Contemporary music criticism has become infected by its own version of retromania – in other words, its own obsession with the past.
James Parker and Nicholas Croggon, The Trouble with Contemporary Music Criticism

I originally set out to write a specific sort of review. It was going to be a combination of praise and repentance — the admiration of new material from a group that hadn’t been heard from in decades, followed by a mea culpa for the words I printed about the group’s debut record. I sat on this review for several weeks, then life got busy, and then months started to pass.


These [Progarchives.com] users were shouting the praises of a self-titled debut by a German band called ‘Amenophis’…
Markus Cueva, Amenophis: Amenophis, 2012

Time, the third and most recent release by German proggers Amenophis, has been out about a year now. I haven’t listened to an album so many times in a similar span since high school. The CD itself has held almost permanent residence in my car’s stereo, although I rarely listen to music that isn’t on my phone anymore. The album is expressive, interesting, and beautiful; on one listen, I nearly wept at the end of the second track (“The Sandglass Symphony”) for reasons I’ll explain later. Last March I had the distinct impression that Time is better than Amenophis’ debut in almost every possible way. Today, I still feel this way.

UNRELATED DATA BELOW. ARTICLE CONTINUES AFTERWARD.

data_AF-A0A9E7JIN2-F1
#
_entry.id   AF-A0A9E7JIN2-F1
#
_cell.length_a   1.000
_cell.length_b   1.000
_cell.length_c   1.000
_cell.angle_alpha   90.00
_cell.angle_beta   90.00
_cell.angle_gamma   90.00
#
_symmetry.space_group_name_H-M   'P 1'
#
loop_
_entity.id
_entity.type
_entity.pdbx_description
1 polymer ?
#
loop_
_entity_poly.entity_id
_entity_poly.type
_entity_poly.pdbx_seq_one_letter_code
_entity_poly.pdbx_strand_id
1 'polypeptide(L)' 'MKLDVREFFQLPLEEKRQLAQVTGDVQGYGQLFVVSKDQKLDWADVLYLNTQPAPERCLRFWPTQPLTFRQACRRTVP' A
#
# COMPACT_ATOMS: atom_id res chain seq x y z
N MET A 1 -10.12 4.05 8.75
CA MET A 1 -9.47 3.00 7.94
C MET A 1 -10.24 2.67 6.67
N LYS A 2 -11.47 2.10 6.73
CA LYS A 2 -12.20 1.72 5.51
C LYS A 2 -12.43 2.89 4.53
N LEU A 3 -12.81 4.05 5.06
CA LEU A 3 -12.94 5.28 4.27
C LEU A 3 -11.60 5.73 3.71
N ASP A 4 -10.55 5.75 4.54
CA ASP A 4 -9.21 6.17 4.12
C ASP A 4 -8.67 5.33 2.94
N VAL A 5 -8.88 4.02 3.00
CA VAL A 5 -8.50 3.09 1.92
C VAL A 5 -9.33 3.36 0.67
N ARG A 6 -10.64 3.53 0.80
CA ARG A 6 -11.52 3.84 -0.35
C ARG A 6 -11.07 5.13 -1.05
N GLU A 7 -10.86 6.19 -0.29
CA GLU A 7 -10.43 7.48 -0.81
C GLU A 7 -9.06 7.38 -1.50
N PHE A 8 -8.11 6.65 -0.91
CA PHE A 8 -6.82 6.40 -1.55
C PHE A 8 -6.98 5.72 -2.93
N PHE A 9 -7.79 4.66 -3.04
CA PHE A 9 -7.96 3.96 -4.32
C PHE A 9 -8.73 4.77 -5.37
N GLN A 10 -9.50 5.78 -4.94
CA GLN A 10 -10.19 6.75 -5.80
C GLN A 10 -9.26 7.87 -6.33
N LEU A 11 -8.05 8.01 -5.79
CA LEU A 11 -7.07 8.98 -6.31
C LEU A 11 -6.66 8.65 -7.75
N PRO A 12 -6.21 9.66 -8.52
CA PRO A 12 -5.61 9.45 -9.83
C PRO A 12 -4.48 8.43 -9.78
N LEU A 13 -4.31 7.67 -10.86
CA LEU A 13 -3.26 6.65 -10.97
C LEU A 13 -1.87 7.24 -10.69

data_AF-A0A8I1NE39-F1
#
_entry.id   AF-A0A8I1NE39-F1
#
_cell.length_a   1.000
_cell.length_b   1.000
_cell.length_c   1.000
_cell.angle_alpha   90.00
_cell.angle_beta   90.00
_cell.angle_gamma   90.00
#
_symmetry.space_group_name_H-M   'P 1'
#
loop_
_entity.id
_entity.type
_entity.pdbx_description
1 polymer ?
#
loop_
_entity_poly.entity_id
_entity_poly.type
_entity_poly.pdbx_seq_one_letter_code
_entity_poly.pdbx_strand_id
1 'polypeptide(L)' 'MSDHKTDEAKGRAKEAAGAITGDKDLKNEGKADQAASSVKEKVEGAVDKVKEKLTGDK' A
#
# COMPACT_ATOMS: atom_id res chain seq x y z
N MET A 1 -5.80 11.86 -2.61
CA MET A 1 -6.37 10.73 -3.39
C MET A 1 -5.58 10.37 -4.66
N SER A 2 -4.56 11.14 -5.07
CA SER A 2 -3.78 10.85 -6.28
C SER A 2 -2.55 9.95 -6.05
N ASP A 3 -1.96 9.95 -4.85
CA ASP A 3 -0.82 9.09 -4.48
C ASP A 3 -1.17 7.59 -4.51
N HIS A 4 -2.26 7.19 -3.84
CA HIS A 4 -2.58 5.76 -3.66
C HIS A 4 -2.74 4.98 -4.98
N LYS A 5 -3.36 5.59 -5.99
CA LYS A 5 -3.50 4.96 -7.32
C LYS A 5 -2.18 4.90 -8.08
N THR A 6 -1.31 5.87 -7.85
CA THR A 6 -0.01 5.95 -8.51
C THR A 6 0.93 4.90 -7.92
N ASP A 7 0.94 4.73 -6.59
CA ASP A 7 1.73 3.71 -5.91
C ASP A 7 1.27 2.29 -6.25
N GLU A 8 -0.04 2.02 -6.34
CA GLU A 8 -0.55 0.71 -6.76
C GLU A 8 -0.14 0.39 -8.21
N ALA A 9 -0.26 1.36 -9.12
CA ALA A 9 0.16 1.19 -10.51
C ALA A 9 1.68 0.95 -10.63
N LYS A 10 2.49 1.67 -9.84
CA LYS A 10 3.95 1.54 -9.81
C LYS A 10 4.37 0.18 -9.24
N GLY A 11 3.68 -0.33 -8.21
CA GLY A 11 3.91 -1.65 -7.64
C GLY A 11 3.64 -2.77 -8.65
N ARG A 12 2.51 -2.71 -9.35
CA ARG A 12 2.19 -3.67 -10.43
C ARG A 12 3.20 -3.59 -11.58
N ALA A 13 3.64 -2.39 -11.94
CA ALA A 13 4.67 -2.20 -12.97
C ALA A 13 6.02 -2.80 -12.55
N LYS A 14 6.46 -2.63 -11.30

The writers referenced in the quote at the beginning of this piece helped immensely in providing context for what I feel about these two albums. In their own article, they mention Simon Reynolds’ book on “retromania” and how Reynolds sees music as at its “best” or even attaining its “core social function” when it provides something new to the listener. We need the thrill of having been there when a new genre is birthed unto the masses, where we can experience the historical context of that music while also revelling in its progression. But here’s the kicker, in the words of Parker and Croggon:

“The retromania of contemporary music, characterized so astutely by Reynolds, fundamentally challenges this way of relating to music. Its contemporaneity consists precisely in its repudiation of process, its refusal to create new sounds…”